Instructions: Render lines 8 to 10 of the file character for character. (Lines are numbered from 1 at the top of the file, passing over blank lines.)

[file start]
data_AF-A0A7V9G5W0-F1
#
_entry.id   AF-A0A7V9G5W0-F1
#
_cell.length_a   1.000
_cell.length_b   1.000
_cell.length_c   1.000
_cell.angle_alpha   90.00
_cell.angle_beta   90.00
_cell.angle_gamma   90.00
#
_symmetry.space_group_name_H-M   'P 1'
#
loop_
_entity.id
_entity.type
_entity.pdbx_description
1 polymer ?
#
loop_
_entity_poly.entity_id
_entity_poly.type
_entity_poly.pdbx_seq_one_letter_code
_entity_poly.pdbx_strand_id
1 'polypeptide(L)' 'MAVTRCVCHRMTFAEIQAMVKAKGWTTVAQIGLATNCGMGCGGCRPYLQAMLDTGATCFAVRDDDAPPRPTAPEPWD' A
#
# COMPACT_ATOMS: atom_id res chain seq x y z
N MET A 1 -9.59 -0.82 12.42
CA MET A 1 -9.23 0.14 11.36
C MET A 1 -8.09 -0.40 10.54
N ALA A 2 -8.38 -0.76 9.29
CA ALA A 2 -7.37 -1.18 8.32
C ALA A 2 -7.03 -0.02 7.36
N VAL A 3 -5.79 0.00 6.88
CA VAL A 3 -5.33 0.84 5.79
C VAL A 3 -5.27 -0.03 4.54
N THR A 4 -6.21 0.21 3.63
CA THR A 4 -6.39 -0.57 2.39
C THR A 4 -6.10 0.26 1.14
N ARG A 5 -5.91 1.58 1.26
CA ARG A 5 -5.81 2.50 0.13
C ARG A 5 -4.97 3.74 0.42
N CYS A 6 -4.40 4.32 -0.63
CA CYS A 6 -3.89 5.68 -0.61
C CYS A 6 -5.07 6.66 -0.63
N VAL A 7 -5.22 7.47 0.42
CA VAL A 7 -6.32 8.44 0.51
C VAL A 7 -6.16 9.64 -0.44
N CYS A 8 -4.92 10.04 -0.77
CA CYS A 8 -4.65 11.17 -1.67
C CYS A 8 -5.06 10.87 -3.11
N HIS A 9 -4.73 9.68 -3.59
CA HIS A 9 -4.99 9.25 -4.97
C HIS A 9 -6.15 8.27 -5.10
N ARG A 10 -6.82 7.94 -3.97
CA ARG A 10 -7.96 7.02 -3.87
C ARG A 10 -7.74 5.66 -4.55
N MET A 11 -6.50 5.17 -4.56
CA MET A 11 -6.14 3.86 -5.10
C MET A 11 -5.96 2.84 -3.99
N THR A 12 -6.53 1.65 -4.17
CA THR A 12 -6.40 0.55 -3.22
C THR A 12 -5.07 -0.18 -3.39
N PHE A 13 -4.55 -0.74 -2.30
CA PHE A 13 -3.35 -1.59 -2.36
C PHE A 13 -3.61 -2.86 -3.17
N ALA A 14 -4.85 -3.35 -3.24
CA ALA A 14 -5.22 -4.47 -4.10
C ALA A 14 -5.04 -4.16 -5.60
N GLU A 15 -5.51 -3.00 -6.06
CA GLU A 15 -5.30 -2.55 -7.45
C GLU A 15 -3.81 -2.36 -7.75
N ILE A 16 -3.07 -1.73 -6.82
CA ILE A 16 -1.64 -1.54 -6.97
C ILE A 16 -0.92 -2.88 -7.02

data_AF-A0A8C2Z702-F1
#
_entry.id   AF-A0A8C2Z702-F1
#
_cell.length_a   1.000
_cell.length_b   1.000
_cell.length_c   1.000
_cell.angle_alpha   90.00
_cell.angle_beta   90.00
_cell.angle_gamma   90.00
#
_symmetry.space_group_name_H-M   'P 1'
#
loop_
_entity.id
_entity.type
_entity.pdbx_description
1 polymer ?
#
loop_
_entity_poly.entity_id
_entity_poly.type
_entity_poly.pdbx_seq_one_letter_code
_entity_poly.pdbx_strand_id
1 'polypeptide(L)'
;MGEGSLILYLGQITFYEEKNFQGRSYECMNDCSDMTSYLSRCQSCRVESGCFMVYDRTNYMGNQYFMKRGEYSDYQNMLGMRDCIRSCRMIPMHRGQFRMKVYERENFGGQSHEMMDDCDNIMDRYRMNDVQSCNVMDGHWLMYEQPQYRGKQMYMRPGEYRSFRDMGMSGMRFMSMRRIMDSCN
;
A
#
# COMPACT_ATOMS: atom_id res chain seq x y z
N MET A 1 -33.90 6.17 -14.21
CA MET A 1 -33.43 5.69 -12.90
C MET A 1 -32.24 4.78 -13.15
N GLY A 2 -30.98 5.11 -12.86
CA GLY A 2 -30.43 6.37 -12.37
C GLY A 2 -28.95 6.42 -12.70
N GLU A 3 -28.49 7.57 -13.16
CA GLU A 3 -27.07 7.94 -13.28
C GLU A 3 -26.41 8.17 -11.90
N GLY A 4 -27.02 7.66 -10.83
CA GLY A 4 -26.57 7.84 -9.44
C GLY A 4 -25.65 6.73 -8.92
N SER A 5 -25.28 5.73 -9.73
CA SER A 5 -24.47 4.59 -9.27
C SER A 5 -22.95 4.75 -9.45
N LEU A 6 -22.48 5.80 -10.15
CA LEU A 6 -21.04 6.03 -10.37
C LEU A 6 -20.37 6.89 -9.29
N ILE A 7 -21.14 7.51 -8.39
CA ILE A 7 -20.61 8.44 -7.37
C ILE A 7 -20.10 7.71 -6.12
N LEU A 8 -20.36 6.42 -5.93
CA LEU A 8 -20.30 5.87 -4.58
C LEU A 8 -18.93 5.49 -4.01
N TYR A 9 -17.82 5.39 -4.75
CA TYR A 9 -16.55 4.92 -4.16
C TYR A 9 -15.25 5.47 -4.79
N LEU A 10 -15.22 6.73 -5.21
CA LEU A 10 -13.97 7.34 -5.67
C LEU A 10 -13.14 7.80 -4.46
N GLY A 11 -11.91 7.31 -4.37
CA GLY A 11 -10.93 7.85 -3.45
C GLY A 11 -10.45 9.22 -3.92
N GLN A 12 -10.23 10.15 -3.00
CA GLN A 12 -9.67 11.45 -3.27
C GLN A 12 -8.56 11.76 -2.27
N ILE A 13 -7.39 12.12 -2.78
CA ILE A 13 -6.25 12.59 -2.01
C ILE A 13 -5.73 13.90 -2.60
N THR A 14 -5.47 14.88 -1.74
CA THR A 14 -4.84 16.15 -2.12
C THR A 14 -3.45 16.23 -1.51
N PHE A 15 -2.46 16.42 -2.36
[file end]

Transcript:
_cell.angle_alpha   90.00
_cell.angle_beta   90.00
_cell.angle_gamma   90.00